Tuesday, November 22, 2016

Book Review: Falling Down by Eli Easton

Falling Down
Josh finds himself homeless at eighteen, but he has a plan. He’ll head north on the bus to New England and spend October there for his mother’s sake. She always talked about going to see the fall leaves someday. And when the leaves are done and the harsh winter comes, Josh plans to find a place to curl up and let go. It will be a relief to finally stop fighting.

Mark spent his life trying to live up to the tough swagger of his older brothers until he pushed himself so far against his nature that he cracked. Now a former Marine, he rents a little cabin in the White Mountains of New Hampshire where he can lick his wounds and figure out what to do with the rest of his life. One thing was clear: Mark was nobody’s hero.

Fate intervenes when Josh sets up camp under a covered bridge near Mark’s cabin. Mark recognizes the dead look in the young stranger’s eyes, and he feels compelled to do something about it. When Mark offers Josh a job, he never expects that he’ll be the one to fall.

The snow is coming soon. Can Mark convince Josh that the two of them can build a life together before the flurries begin?
Todd's rating:

For this book to be about a suicidal, homeless 18 year old and a 24 year old ex-Marine recovering from PTSD, while hiding in the closet from his entire family, this was much more upbeat (for the most part) than what I would have expected.

When Josh's mother died suddenly, he could have stayed with his step-father, but that meant lying about his sexuality, so he left. He'd been homeless for a while and decided to go see the fall leave in New England, then curl up in the snow and end it all.

Mark had always feared losing his family's love, if his sexuality were ever discovered, so he enlisted in the Marines in an attempt to run away from his true nature and prove that he's every bit as tough as his 4 older brothers. Needless to say, that didn't work and only left him broken and suffering terrible nightmares about the things he had seen and done in Afghanistan.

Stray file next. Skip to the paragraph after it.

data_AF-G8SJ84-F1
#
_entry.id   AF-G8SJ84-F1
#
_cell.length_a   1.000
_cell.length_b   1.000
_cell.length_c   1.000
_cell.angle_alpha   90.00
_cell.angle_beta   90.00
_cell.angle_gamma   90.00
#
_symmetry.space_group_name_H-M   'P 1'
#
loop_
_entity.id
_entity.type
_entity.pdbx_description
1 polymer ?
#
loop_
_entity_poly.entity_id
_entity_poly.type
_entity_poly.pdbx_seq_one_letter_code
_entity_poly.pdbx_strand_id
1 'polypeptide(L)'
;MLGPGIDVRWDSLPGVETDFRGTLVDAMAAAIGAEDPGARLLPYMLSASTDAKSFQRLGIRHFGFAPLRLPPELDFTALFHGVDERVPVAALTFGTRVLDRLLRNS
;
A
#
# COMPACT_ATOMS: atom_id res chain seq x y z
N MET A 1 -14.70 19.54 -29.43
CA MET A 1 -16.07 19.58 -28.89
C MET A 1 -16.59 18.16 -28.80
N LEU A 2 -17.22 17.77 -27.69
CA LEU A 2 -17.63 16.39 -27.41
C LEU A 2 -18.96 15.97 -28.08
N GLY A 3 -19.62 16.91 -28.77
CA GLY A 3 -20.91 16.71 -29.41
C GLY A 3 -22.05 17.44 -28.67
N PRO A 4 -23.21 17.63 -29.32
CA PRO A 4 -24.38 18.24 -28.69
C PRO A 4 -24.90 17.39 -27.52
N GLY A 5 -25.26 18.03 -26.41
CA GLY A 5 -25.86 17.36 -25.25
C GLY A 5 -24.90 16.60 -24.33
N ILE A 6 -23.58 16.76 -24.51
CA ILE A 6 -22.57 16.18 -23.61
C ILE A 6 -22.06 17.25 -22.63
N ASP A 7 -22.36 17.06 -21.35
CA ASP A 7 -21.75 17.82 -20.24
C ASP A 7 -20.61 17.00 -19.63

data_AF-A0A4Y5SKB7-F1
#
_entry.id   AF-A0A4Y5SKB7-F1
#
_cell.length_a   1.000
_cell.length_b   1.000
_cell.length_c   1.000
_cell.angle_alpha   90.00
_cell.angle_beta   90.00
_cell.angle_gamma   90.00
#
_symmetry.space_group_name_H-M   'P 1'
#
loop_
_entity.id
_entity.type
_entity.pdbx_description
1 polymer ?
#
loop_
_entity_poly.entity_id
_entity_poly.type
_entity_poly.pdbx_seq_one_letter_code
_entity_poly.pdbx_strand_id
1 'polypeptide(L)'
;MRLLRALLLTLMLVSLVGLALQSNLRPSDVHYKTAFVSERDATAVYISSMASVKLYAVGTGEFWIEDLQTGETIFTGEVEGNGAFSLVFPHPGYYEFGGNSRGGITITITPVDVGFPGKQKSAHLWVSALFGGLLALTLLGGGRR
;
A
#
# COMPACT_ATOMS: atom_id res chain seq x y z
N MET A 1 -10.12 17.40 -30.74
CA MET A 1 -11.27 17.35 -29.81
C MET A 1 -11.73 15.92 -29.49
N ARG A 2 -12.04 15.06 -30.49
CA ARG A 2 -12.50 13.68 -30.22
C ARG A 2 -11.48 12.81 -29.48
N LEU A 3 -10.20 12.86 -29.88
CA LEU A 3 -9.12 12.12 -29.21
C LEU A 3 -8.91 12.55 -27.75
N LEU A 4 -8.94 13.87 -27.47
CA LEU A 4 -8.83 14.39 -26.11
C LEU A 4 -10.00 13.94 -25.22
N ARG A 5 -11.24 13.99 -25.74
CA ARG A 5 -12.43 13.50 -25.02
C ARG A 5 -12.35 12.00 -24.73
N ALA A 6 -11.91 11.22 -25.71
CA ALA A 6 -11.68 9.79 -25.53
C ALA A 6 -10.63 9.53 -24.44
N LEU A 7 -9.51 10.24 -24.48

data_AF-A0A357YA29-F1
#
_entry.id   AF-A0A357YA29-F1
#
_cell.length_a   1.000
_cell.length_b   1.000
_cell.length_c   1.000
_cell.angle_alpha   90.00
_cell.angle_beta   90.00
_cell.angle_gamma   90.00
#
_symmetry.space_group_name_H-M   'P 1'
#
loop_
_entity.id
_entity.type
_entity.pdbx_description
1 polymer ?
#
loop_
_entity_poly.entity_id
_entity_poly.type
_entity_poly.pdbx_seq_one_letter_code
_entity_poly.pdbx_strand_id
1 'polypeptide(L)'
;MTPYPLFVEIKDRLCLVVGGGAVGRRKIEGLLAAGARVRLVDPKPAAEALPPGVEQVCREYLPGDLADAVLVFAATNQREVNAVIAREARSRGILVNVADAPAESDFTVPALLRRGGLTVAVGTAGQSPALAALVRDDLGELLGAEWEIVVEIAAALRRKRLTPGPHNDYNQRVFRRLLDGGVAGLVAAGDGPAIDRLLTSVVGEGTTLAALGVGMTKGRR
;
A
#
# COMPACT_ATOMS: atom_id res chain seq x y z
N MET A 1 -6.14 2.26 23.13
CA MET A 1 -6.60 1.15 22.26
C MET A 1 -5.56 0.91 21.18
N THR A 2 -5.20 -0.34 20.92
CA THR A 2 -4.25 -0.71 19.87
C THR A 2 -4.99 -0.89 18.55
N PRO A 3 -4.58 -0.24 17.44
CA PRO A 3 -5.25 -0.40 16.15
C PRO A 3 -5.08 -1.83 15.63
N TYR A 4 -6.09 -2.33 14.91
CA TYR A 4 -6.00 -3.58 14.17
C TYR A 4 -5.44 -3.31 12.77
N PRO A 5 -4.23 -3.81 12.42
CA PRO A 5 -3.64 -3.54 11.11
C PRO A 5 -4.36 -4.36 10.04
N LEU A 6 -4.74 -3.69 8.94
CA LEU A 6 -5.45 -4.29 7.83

Upon the boys meeting, Mark helped by giving Josh a purpose in the form of a job and Josh gave Mark the hope of caring for and opening up to someone again.

I loved the early interactions between Mark and Josh, with Mark suspecting Josh's suicidal thoughts and being especially careful around him, while trying to not only be Josh's employer, but also his friend and add some much-needed stability in his upturned young life.

I also loved how Mrs. Fisher, whose massive, old Victorian they were painting, added a grandmotherly presence and some extra depth to the story.

The entire story worked really well for me; however, when "the big thing" finally happened and all hell broke loose, that part felt a bit forced to me, like a firing squad of bad shit just suddenly let loose all at once.

Though I did enjoy seeing Matt's entire family rallying around him to try and help Josh, then continue their support during the aftermath.

With this being an Eli Easton story, of course Matt and Josh do get their HEA and we even get an epilogue from a year down the road to check in on how they're doing.

I'd rate this one a very strong 4 stars and suggest it to any Easton fans or new readers looking for a slightly angsty, mildly sexy read.

My copy of the story was provided by the publisher in exchange for a fair, unbiased review.


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